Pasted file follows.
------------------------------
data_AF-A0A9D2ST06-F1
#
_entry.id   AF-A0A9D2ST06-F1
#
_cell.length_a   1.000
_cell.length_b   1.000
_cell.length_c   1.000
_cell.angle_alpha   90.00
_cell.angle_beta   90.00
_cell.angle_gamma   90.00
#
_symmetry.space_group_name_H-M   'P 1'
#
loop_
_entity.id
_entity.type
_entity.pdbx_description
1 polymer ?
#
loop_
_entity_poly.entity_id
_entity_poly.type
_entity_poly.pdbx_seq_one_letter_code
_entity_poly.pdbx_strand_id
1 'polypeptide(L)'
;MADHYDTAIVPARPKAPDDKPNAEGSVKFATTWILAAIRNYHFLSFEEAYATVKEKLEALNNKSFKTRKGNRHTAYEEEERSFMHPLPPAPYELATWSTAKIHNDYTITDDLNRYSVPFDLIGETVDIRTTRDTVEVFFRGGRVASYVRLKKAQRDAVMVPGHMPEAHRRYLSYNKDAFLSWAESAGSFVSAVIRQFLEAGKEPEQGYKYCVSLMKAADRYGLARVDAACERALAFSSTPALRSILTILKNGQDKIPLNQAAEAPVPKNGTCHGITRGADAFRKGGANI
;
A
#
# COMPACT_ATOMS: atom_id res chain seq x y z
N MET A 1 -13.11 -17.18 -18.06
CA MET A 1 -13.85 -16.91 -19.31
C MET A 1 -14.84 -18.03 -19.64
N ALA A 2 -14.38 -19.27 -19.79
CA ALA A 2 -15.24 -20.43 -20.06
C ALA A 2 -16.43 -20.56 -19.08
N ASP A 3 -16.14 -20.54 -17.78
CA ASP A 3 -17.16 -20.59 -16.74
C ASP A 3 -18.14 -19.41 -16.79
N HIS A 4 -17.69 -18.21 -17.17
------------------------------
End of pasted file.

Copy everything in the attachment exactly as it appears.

data_AF-A0A9D2ST06-F1
#
_entry.id   AF-A0A9D2ST06-F1
#
_cell.length_a   1.000
_cell.length_b   1.000
_cell.length_c   1.000
_cell.angle_alpha   90.00
_cell.angle_beta   90.00
_cell.angle_gamma   90.00
#
_symmetry.space_group_name_H-M   'P 1'
#
loop_
_entity.id
_entity.type
_entity.pdbx_description
1 polymer ?
#
loop_
_entity_poly.entity_id
_entity_poly.type
_entity_poly.pdbx_seq_one_letter_code
_entity_poly.pdbx_strand_id
1 'polypeptide(L)'
;MADHYDTAIVPARPKAPDDKPNAEGSVKFATTWILAAIRNYHFLSFEEAYATVKEKLEALNNKSFKTRKGNRHTAYEEEERSFMHPLPPAPYELATWSTAKIHNDYTITDDLNRYSVPFDLIGETVDIRTTRDTVEVFFRGGRVASYVRLKKAQRDAVMVPGHMPEAHRRYLSYNKDAFLSWAESAGSFVSAVIRQFLEAGKEPEQGYKYCVSLMKAADRYGLARVDAACERALAFSSTPALRSILTILKNGQDKIPLNQAAEAPVPKNGTCHGITRGADAFRKGGANI
;
A
#
# COMPACT_ATOMS: atom_id res chain seq x y z
N MET A 1 -13.11 -17.18 -18.06
CA MET A 1 -13.85 -16.91 -19.31
C MET A 1 -14.84 -18.03 -19.64
N ALA A 2 -14.38 -19.27 -19.79
CA ALA A 2 -15.24 -20.43 -20.06
C ALA A 2 -16.43 -20.56 -19.08
N ASP A 3 -16.14 -20.54 -17.78
CA ASP A 3 -17.16 -20.59 -16.74
C ASP A 3 -18.14 -19.41 -16.79
N HIS A 4 -17.69 -18.21 -17.17